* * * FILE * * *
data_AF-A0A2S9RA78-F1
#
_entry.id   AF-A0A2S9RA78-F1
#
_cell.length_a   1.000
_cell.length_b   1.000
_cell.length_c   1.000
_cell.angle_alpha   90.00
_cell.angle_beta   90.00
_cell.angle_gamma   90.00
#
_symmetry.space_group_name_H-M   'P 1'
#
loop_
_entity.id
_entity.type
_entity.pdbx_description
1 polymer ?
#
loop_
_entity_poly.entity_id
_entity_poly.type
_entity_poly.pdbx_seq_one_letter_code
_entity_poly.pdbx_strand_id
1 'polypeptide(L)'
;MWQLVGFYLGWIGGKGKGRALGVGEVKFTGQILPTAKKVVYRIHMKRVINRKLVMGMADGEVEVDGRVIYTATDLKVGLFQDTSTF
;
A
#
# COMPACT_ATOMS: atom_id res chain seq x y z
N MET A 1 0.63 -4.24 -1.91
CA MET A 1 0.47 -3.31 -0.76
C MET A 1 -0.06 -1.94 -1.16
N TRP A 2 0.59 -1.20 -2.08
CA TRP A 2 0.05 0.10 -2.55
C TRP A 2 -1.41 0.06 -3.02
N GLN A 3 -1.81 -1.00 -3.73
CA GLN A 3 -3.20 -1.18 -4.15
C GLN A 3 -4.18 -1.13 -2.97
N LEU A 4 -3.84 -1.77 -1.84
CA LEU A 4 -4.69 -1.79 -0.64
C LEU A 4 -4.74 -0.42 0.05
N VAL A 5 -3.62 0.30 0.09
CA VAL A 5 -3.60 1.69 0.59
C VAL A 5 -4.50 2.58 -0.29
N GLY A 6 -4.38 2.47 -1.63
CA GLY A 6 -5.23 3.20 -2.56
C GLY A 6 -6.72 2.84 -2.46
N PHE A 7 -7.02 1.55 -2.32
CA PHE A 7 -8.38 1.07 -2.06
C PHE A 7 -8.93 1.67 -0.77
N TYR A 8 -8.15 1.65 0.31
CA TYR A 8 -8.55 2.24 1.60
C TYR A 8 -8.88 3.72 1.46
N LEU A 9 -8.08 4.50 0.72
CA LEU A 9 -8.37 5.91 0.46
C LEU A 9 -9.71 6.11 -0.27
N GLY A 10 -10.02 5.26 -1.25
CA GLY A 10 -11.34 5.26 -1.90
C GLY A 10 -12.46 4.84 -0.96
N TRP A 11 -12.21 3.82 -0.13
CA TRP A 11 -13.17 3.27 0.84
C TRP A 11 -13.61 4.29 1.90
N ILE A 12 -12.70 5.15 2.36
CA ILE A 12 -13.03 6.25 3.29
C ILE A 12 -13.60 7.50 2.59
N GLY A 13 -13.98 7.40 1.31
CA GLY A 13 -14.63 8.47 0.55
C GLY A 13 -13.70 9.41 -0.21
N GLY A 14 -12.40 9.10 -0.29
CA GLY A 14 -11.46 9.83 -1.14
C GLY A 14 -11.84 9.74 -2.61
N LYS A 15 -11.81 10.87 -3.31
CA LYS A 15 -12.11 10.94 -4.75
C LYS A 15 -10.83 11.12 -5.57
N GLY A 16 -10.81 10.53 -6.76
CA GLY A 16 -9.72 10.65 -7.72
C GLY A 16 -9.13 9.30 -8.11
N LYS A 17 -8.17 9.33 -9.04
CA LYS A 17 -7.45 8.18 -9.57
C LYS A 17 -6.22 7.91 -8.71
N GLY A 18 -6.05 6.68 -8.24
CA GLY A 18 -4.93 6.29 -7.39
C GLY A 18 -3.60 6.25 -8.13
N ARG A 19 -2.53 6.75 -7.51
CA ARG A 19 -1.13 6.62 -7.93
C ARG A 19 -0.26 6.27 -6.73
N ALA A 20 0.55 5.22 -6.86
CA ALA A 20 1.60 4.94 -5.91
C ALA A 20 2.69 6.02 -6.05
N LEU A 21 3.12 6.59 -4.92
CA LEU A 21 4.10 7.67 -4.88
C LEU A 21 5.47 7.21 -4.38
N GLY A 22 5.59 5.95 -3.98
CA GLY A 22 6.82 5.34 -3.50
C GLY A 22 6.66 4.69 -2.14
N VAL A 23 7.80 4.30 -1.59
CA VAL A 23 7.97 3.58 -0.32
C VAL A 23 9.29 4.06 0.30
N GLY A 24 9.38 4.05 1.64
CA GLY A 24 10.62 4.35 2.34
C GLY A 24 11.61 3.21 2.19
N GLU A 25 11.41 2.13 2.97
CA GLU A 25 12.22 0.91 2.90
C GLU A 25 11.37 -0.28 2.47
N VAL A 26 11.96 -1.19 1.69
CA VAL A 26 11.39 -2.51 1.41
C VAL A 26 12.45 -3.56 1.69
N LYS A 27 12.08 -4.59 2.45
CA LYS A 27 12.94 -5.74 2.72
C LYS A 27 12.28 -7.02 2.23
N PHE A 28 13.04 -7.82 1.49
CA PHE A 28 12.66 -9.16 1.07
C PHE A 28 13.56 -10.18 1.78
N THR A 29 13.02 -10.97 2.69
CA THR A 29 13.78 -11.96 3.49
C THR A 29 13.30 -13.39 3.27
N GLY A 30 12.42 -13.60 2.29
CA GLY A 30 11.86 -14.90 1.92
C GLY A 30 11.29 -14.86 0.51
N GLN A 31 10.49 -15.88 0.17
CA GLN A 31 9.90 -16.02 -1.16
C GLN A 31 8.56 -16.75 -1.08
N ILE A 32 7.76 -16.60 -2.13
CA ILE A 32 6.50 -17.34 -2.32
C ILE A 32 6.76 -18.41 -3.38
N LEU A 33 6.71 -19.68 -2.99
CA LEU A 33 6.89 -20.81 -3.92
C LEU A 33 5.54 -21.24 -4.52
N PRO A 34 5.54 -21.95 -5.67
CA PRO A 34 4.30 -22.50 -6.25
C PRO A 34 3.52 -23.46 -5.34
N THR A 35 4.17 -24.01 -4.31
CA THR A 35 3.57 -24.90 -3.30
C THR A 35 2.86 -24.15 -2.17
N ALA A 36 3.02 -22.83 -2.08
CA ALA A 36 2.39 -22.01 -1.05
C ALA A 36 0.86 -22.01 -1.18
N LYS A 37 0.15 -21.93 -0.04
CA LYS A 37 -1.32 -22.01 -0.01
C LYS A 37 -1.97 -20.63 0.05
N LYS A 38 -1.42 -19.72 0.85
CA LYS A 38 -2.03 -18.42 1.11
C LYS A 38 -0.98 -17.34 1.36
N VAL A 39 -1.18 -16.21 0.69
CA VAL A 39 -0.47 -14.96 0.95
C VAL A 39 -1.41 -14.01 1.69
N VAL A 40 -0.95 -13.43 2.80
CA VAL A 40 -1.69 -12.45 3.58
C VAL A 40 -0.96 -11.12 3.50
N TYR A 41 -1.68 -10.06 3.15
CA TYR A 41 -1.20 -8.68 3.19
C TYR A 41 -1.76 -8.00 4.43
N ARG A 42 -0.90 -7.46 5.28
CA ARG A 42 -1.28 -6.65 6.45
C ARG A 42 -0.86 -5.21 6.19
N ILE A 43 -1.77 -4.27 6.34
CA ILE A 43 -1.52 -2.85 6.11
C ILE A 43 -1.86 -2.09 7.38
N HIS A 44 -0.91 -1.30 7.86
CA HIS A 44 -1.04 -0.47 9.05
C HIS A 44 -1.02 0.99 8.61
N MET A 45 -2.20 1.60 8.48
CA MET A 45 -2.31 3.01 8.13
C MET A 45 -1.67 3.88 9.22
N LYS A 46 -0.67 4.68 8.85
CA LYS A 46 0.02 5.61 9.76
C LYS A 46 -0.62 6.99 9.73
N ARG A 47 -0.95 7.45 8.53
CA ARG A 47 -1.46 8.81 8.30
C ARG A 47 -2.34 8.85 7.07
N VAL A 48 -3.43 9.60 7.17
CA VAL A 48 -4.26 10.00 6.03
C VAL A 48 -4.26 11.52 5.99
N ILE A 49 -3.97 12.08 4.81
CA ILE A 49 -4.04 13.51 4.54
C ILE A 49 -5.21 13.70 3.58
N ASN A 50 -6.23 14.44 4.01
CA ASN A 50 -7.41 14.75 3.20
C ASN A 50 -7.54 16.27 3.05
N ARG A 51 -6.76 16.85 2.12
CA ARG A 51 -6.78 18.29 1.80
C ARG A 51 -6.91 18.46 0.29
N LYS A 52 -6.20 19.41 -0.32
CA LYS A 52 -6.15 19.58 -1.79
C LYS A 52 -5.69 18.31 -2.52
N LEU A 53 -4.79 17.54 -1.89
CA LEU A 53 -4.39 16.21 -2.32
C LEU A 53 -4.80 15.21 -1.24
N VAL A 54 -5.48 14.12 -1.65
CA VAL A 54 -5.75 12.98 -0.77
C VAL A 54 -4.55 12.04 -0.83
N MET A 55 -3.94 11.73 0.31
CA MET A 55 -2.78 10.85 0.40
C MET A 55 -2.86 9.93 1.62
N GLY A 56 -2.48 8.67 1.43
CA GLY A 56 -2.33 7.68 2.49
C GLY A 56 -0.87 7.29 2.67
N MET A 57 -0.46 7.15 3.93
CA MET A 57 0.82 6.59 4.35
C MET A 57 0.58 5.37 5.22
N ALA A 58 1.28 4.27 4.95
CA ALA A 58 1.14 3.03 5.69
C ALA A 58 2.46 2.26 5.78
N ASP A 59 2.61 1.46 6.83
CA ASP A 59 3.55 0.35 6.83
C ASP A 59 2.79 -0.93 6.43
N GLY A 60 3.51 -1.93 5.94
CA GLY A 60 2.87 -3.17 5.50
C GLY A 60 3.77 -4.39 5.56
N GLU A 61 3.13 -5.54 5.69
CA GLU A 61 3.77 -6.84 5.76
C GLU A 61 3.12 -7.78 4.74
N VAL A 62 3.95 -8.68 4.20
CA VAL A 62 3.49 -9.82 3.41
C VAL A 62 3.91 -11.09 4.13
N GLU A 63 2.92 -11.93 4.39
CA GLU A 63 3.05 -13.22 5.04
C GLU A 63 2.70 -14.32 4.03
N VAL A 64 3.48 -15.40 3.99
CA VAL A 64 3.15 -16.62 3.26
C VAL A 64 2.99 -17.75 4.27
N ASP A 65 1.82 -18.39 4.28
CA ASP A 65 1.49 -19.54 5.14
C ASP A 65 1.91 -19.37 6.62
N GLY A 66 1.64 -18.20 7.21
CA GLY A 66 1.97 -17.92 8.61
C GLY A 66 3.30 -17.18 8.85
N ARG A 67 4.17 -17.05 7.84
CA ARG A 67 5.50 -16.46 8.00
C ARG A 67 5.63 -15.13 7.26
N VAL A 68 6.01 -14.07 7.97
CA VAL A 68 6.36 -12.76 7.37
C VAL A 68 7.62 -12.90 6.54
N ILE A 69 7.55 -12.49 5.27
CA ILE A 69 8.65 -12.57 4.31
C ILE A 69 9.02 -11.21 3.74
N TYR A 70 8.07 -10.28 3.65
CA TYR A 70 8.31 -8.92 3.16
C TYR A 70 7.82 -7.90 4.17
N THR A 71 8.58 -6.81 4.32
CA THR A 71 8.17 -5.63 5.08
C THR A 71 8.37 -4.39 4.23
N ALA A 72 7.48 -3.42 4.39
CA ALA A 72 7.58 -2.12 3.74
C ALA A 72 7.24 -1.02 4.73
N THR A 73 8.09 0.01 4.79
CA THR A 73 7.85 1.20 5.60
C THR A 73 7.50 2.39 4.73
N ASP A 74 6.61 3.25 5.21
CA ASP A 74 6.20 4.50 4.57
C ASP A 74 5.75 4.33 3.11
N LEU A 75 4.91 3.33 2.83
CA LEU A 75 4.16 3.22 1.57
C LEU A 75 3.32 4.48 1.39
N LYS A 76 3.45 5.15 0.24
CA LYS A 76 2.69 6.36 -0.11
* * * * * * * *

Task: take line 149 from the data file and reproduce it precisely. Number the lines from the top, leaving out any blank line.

CA VAL A 40 -1.69 -12.45 3.58